About a month ago, I heard about a lawsuit and countersuit between Canadian Blood Services (CBS) and Kyle Freeman and realized that, even though the case deals with everything from public perception to reasonable limits of people’s rights, science would be a large part of it.
Kyle Freeman is gay, and donated blood regularly. To get past the screening process, he lied in response to the question “Have you ever had sex with a man, even once, since 1977?” An affirmative answer results in an indefinite ban from blood donation. In June 2002, Mr. Freeman sent an anonymous email to CBS to explain his form of protest against the question. The email was traced, and CBS sued him for negligent misrepresentation. Mr. Freeman is countersuing with the claim that, since CBS is federally regulated, the question violated his Charter rights.
Is an indefinite ban on men who have sex with men (MSM) backed by the science?
When the indefinite ban was put in place in 1988, HIV was still not well understood, and the first blood tests for it had only been out for three years. At the time, a broad, indefinite ban was the best way to protect the blood supply from more cases of HIV transmission. Men who had ever had sex with a man since 1977, along with other groups at high risk for HIV infection, were banned from blood donation, pending further research. MSM is a high risk group for HIV infection, even today. Though the tests performed on every unit of blood donated are highly sensitive, there is the potential risk for a unit of infected blood to sneak by. No test is 100% accurate, and human error is a real possibility. Reducing the number of donors who are at risk of HIV infection also reduces the risk that a person who needs a transfusion will receive infected blood.
CBS is aware that people are upset with the continued indefinite ban. The problem is that when they defend it, at least based on the information I could find on the topic, their defence doesn’t hold water.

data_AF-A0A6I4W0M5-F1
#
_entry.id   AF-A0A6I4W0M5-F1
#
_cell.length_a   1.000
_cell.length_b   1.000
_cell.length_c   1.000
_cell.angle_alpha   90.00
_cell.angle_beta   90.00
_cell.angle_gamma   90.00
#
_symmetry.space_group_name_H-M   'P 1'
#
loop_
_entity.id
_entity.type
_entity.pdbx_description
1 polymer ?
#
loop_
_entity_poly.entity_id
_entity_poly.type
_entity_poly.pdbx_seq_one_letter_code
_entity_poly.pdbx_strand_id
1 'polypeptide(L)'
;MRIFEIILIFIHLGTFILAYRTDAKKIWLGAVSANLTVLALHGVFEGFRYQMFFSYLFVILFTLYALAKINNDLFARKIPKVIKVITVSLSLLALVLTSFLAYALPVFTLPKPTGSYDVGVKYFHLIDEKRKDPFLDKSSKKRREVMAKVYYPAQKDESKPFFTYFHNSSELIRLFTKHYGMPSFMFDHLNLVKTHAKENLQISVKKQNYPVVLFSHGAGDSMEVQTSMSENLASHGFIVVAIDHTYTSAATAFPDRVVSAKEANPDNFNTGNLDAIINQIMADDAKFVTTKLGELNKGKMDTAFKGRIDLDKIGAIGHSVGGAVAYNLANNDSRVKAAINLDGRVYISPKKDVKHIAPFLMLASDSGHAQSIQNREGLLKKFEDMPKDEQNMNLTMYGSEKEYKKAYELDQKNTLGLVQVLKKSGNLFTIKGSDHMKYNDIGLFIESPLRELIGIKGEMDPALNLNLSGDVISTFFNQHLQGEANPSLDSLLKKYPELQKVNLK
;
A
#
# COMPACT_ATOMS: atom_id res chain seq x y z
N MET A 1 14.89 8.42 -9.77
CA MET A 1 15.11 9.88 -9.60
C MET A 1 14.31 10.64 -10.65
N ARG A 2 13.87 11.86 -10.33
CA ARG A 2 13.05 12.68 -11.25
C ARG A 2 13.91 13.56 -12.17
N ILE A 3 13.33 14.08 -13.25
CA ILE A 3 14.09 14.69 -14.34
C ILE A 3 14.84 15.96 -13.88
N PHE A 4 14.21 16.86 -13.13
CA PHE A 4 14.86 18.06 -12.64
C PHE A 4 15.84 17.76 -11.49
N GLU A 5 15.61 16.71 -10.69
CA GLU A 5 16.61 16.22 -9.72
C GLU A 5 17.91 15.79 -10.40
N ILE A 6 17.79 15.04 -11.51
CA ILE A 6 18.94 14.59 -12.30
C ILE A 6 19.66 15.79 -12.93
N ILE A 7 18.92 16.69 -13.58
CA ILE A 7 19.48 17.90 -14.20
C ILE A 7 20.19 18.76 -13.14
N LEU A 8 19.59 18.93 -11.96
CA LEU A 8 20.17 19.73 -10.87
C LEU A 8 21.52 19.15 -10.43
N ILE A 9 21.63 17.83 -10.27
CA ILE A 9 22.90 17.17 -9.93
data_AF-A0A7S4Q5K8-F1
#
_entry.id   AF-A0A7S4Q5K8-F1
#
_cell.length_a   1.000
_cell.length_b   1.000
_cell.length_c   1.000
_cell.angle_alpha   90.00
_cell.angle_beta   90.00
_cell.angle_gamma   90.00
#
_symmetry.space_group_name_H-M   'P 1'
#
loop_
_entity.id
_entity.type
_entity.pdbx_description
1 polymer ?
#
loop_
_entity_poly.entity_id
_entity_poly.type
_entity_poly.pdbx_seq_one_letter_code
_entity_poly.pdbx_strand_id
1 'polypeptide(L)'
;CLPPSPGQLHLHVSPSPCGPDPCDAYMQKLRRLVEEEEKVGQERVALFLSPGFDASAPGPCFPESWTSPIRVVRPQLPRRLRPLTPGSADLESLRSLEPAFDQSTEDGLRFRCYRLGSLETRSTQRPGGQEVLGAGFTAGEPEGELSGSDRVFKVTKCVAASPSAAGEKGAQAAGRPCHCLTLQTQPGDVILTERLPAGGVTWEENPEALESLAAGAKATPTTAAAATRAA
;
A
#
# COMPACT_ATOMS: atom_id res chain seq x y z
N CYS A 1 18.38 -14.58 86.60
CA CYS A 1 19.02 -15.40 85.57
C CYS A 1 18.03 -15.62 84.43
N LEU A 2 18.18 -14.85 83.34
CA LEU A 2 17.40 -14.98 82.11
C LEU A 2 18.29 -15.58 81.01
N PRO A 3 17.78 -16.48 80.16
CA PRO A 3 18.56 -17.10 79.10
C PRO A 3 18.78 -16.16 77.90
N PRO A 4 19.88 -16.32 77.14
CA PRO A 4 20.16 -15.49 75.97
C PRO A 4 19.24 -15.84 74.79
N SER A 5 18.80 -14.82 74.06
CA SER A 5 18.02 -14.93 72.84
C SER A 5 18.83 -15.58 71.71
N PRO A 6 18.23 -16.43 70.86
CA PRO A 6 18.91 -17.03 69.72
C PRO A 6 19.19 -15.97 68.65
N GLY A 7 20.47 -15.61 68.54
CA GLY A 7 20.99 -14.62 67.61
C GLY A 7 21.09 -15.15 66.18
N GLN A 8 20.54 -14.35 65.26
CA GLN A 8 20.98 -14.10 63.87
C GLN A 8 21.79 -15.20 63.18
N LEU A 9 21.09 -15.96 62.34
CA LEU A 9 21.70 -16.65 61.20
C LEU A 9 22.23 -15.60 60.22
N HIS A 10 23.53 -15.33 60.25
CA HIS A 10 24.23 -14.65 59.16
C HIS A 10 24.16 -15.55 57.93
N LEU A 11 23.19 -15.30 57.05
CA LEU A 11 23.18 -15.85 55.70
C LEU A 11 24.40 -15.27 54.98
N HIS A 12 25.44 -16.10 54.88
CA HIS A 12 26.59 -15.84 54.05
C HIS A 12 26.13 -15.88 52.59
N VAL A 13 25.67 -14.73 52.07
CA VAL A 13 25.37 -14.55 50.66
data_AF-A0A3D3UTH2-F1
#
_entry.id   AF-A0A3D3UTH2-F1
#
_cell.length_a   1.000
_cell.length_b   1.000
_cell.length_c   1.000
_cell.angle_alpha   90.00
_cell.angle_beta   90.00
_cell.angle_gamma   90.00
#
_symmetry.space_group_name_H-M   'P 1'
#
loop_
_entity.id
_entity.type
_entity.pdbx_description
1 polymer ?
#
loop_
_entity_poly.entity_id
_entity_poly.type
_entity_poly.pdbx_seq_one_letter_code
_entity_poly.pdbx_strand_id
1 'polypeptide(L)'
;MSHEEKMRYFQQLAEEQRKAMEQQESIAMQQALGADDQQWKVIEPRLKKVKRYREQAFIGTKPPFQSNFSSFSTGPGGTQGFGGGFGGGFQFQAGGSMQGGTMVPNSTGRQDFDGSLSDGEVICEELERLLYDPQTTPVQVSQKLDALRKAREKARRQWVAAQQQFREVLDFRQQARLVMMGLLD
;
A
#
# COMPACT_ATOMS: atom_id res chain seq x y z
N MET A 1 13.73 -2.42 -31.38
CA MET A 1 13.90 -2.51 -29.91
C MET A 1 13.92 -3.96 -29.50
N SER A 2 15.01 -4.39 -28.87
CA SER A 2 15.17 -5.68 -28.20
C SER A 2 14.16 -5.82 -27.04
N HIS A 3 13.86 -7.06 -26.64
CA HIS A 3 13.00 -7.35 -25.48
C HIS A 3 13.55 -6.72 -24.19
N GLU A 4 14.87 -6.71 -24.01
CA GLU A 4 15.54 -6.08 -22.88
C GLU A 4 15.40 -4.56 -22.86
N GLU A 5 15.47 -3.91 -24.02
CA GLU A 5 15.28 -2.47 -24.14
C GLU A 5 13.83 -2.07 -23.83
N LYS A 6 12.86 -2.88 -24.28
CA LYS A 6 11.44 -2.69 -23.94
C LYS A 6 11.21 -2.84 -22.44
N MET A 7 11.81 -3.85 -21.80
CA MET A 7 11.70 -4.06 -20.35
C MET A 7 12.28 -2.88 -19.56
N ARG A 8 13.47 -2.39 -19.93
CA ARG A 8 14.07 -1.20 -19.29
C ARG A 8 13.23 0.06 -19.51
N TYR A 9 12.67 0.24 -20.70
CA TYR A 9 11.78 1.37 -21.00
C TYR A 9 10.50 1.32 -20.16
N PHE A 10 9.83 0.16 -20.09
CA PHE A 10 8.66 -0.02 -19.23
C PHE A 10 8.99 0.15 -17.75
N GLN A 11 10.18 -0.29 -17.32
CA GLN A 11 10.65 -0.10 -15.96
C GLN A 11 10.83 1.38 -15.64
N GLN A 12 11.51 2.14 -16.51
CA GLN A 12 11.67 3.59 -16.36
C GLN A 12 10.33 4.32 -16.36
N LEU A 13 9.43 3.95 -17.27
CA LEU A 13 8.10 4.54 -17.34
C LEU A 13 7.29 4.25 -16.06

The most common reason given for continuing the indefinite ban is the window period during which a new HIV infection cannot be detected. Given the advancements in testing in the past 21 years, this window period is about 3 weeks, but, for safety’s sake, six months is usually used as the cut off. In rare cases, it may take more than 6 months to test positive. This explains a year of the deferral, but not the other 31 years worth. Lorna Tessier, the director of public relations, was interviewed by CBC’s The Current. Despite the host’s questions that effectively pointed out that a 32-year deferral period for a 6 month window was rather excessive, Ms. Tessier focused her discussion on the window-period itself, not the deferral-period.
The position of CBS on this topic is that any change to the donor criteria must result in a zero change or decreased risk to the blood supply. This is a perfectly reasonable position for a health services provider to hold. However, an indefinite ban is not required. A report commissioned by CBS suggested that a 5 year deferral is enough. A man who has not had sex with a man for 5 years does not increase the risk to the blood supply. In 2007, CBS decided not to change the existing policy. Other countries have moved away from indefinite deferrals: Israel has a 30 year deferral; New Zealand reduced its 10 year deferral to match South Africa’s 5 year deferral; and Argentina, Australia, Hungary, and Japan have 1 year deferrals.
A 5 year deferral, with no other changes to the screening questions, would still prevent most gay men from donating blood*, but it would be a step in the right direction. Ms. Tessier suggested in her interview that interest groups against the indefinite ban would still be dissatisfied with a 5 year deferral. While true, (the position of the Canadian AIDS Society is that additional questions need to be added to the questionnaire) this doesn’t change the fact that the indefinite deferral is not scientifically supported and should be changed to a deferral that is.
The court case started in an Ottawa court on September 28. Canadian Blood Services will have the chance to present all its science**, and the judge will have a chance to decide if CBS has been reasonably cautious or not. I, for one, am curious to see how it turns out.
* Statistics for this sort of thing are powerful, but not very personal. So, even though there are gay men out there who are militant about safe sex, have only ever had one partner, and do everything right, they will get lumped into the same demographic as the higher risk playboys, unless CBS completely changes the way they manage the donor questionnaire.
**As a side note, CBS also has some personality traits by blood type information on their web site that readers of this blog may find amusing (or mildly offensive, your choice). [UPDATE 2011: CBS has removed the personality traits from their blood type program.]